Sewing machine, anyone? In this day and age of ready-mades! You must be joking!
But Usha International is quite serious about its ongoing one-ad campaign on television, which shows a young, urban mother happily stitching on a fancy looking electric sewing machine while her little girl prances around. The man of the house returns home in the evening to see new curtains, cushion covers, bed covers and a wall hanging.
The ad, created by Ogilvy & Mather, is for the Usha Janome, meant, according to Krishna Shriram, promoter, Usha International, for the urban “hobby” market. Upper end. The basic Usha Jenome model, Allure, is priced at Rs 7,900 and the high end Stitch Magic comes for Rs 18,600.
Shriram says, “In America, four million such electric machines are sold every year, largely to the hobby market. In India, the total sewing machines sold annually, including those for tailors, garment factories and the hobby market, is only three million. Only 70,000 of these are the Usha Janome type electric machines.”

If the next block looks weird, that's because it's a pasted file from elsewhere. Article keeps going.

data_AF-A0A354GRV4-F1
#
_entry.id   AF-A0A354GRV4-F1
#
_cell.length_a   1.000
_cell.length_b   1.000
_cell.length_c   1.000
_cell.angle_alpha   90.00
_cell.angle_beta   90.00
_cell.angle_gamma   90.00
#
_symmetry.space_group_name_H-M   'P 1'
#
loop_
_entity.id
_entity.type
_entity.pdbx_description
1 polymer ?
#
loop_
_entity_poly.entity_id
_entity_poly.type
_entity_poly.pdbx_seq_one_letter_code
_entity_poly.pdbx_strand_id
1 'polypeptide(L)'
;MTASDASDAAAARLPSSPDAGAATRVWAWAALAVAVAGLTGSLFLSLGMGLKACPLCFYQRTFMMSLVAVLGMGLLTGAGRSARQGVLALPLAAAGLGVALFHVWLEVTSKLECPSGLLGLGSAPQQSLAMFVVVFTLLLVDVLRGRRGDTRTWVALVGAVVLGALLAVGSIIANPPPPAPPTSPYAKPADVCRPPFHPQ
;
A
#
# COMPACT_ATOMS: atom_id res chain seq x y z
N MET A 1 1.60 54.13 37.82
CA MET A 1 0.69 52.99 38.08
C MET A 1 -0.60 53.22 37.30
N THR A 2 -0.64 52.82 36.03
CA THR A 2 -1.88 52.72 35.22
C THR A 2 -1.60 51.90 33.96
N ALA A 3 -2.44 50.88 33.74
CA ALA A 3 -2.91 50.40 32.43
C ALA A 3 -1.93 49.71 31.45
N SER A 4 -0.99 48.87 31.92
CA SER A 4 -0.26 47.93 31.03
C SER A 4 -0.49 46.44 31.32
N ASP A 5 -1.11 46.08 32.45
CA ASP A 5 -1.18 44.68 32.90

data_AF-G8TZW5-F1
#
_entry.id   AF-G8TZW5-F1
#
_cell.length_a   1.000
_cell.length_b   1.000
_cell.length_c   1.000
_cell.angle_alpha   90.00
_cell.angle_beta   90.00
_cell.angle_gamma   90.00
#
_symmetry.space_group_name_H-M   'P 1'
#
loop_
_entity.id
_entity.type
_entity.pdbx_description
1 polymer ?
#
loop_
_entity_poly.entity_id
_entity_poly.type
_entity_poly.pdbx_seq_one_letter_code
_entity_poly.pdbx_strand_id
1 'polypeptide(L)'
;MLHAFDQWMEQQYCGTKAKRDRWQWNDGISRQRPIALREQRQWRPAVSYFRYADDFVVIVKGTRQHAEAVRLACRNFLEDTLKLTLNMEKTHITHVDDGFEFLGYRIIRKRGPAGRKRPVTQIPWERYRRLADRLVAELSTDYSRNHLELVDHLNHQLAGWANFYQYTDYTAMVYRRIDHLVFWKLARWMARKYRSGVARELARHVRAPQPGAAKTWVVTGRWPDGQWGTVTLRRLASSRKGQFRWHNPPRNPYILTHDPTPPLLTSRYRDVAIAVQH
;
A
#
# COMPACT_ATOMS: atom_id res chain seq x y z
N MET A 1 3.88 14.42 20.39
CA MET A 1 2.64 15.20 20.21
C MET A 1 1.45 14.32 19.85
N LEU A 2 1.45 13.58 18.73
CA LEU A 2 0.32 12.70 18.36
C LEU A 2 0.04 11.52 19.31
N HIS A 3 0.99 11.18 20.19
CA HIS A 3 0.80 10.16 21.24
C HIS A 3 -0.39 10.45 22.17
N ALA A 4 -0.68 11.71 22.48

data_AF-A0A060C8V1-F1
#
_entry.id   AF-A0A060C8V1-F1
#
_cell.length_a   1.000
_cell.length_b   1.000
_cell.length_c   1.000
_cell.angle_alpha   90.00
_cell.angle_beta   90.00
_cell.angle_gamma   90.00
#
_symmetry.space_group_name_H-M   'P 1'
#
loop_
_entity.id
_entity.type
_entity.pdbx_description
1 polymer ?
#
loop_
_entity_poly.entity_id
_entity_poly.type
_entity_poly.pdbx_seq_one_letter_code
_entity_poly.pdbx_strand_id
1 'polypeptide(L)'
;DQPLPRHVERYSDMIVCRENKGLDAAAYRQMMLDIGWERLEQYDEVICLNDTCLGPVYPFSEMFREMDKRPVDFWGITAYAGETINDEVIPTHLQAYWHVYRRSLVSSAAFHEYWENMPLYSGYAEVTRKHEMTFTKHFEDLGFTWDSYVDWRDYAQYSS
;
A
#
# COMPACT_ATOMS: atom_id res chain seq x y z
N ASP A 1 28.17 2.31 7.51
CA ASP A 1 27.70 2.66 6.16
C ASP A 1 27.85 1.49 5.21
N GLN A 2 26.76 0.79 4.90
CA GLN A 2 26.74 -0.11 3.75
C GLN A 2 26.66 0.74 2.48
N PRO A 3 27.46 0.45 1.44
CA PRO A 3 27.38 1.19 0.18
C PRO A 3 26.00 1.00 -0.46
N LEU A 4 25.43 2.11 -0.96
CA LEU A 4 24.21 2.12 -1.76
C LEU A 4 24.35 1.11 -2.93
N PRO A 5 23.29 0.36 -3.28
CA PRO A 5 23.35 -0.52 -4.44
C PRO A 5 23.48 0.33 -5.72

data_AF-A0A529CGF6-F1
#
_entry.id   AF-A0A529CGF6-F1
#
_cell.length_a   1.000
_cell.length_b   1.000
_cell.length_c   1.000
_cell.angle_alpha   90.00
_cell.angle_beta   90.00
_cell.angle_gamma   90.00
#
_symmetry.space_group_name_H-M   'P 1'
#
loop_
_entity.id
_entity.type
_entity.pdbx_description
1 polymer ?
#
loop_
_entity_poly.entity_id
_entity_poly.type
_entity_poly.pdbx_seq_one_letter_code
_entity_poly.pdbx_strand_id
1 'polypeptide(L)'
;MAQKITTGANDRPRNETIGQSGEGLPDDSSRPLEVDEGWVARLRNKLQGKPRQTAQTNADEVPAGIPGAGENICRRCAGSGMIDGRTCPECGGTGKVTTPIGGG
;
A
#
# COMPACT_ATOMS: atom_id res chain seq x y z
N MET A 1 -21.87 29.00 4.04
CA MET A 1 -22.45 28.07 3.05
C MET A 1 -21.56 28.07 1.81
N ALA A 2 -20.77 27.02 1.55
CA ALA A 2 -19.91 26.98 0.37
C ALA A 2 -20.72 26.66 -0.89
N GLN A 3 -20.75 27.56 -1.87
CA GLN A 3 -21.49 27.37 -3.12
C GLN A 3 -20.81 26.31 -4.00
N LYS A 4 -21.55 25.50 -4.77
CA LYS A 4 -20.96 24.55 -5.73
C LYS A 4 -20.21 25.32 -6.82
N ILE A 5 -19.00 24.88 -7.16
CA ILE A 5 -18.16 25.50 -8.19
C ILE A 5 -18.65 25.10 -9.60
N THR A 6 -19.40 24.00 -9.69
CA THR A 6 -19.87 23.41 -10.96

If the sewing machine companies don’t do something, sewing machines in urban homes will soon be history. So the new focus on the hobby market, among upper end consumers. The Janome ad shows the ease of fancy stitching without needing much skill.
Singer India is also importing sophisticated automatic electric models, priced between Rs 6,000 and Rs 8,000, targeted at the hobby market.
Usha will also soon open the first of a chain of haberdashery — an upper end shop for all sewing products — outlets in Mumbai’s suburb, Khar, in collaboration with design studio Grandmother India and designer brand Pinakin to showcase and encourage hobby stitching.